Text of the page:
How Did I Become Myself? And Who Was I Before?
So, er... delusional thinking in history. Pretty crazy, huh? What's up with that? It's like... wo.
Which reminds me. Back when I was an undergraduate, that's probably how I wrote. I would have no doubt been qualified to contribute to Shit My Students Write.
The other day my son, who will be starting the fifth grade, was asking me when I started to enjoy writing. When I was in the fifth grade -- and sixth, and seventh... and twelfth, etc. -- I was just like him: I had no use for school, and I literally couldn't imagine someone actually enjoying it. I didn't socialize with those people.
That attitude stayed with me through my first stab at college, which ended when I simply quit going in the middle of my junior year. I was already on academic probation and would have been tossed out anyway, so I took matters into my own hands and gave up like a man.
Being that I've related this boring story before, I won't go into the details. But something began changing in me in my mid-twenties, and I still haven't figured out exactly what and certainly why. How can someone completely change like that, especially when not trying to? Rather, it just happened, as "organically" as, say, going from childhood to puberty. It's as if a switch were flipped. Or, it's like type 1 diabetes: one day you make insulin, next day you don't. Decision-wise, you personally are out of the loop.
But how could one be out of the loop of such a consequential life change?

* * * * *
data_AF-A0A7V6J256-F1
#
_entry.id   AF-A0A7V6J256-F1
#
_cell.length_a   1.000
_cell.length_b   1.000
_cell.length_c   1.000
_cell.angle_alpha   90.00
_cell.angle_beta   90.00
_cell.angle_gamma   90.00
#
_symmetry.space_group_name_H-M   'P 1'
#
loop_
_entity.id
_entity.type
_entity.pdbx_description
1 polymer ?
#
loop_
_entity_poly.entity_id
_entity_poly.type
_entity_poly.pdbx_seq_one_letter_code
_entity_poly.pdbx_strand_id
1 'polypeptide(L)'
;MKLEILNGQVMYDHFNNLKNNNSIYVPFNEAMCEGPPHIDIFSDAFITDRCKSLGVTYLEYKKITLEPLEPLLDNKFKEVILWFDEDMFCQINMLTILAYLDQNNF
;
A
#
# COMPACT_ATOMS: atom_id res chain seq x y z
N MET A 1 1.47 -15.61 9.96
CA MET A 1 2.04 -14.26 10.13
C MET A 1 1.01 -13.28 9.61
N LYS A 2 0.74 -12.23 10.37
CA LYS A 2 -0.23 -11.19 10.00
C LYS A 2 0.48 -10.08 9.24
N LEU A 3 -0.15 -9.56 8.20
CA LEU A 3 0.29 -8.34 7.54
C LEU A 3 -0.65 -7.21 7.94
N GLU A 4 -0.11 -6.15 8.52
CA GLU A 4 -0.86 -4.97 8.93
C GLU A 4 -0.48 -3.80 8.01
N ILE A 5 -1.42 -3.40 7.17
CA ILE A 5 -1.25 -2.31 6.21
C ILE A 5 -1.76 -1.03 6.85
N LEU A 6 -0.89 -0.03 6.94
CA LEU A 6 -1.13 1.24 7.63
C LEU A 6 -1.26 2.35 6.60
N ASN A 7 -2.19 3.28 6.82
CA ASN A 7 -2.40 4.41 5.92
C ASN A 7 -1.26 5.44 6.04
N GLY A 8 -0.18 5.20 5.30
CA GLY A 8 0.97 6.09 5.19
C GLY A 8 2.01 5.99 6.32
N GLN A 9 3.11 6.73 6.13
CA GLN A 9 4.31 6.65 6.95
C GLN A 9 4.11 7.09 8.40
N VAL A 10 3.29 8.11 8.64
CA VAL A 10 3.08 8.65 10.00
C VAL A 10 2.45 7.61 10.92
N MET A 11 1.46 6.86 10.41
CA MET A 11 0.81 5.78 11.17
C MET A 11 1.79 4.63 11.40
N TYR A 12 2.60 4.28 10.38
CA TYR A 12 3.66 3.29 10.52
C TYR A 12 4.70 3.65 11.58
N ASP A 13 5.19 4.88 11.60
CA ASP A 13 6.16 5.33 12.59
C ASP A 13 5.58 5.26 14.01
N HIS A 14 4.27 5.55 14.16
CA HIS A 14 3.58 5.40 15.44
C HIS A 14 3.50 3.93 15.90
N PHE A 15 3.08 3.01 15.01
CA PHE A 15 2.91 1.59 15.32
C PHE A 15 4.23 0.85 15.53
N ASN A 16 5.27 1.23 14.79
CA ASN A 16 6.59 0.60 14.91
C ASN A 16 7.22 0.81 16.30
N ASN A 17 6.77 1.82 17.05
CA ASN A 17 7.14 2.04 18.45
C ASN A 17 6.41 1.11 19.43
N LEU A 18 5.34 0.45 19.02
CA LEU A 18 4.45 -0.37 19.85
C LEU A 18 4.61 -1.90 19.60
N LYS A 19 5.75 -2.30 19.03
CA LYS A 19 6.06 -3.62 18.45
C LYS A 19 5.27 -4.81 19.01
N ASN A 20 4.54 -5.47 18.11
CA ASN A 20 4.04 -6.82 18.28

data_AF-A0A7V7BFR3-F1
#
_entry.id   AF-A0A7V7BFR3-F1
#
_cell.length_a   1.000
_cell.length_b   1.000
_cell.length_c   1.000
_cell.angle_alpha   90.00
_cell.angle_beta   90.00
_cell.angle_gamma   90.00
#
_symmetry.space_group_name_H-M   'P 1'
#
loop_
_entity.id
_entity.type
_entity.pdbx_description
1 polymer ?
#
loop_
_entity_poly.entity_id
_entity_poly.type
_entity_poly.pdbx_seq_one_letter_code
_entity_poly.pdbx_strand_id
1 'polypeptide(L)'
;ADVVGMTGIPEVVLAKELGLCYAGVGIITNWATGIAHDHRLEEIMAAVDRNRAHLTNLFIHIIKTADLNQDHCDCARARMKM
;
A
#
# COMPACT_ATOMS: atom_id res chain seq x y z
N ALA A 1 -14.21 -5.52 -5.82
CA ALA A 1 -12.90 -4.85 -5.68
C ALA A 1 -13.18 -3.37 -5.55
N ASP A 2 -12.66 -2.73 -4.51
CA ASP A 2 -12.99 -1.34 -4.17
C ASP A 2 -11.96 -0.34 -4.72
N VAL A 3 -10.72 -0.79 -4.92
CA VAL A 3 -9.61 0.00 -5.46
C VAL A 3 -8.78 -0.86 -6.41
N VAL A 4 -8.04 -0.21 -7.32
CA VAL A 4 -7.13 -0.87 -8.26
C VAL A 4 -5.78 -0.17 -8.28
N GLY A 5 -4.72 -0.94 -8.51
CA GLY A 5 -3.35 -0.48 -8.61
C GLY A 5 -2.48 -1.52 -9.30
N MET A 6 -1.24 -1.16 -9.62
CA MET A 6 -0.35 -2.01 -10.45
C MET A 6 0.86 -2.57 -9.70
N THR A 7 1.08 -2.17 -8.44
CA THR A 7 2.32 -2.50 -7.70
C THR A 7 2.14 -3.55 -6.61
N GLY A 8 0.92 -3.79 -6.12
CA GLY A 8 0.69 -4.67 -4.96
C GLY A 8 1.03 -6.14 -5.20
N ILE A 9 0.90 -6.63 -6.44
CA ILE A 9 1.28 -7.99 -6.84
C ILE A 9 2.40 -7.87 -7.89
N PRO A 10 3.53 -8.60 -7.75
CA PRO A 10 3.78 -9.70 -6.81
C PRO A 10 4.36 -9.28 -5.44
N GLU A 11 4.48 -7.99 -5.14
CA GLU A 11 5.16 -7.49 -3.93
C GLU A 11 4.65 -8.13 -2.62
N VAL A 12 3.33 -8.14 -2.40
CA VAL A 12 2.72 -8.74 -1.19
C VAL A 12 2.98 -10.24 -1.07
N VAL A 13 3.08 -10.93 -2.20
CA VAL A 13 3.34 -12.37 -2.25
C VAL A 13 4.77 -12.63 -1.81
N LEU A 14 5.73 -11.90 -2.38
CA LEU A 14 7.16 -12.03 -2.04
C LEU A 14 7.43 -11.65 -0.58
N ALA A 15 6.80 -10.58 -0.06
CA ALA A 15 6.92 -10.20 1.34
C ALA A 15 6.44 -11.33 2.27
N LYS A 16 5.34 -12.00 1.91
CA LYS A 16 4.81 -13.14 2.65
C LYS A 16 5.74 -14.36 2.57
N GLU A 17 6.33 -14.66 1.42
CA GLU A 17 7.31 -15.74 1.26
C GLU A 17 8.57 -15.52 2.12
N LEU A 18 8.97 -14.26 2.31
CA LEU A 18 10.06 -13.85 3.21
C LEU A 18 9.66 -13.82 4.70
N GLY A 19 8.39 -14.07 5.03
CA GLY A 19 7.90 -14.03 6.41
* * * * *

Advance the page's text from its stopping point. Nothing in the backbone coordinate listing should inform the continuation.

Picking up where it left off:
Unless we have much less control than we realize, or that we only pretend to be the master of forces that are not only beyond our control, but unknown to us.
I don't know. Does "late bloomer" cover it?
Then again, there is the Call and there is answering the Call. I won't deny that there was a great deal of work on my end. I suppose the main difference is that what was once work suddenly became play.
No, seriously. Imagine my dilemma. I'm working in a supermarket. I'm lucky to make a good wage, but I am an unskilled laborer -- with the exception of nunchuck and bowhunting skills -- with no delusions that I am anything but. I am not conflicted about this. There is no part of me that thinks the world has misjudged me, or that I actually have some great skill or purpose that has eluded mankind. At best, I'm thinking that someday maybe I'll hate responsibility less than I enjoy drinking beer with my friends, but until that day...
But now it's as if I'm suddenly introduced to another side of me. Even so, for the sake of argument, let's say it's an "intelligent side." Now what? I've systematically ignored this side for 25 years, so it's a little like finding out at age 38 that you can throw a 95 mph fastball. That's nice, but it's a tad late for a career in the big leagues. Sorry, but that boat has left the harbor.
Thus began my cognitive rehabilitation. Fortunately I had no idea how much I didn't know, so I began reading far and wide in a completely haphazard manner, with no recognizable pattern. You know, like today. I knew I had a lot of catching up to do, but I had no practical reason for doing it. There was no plan and no goal. It was completely and utterly Impractical, and still is to this day.
Perhaps we should widen out the perspective and make this more general, especially because I just ran out of time. But what is change, what changes, and how does it change?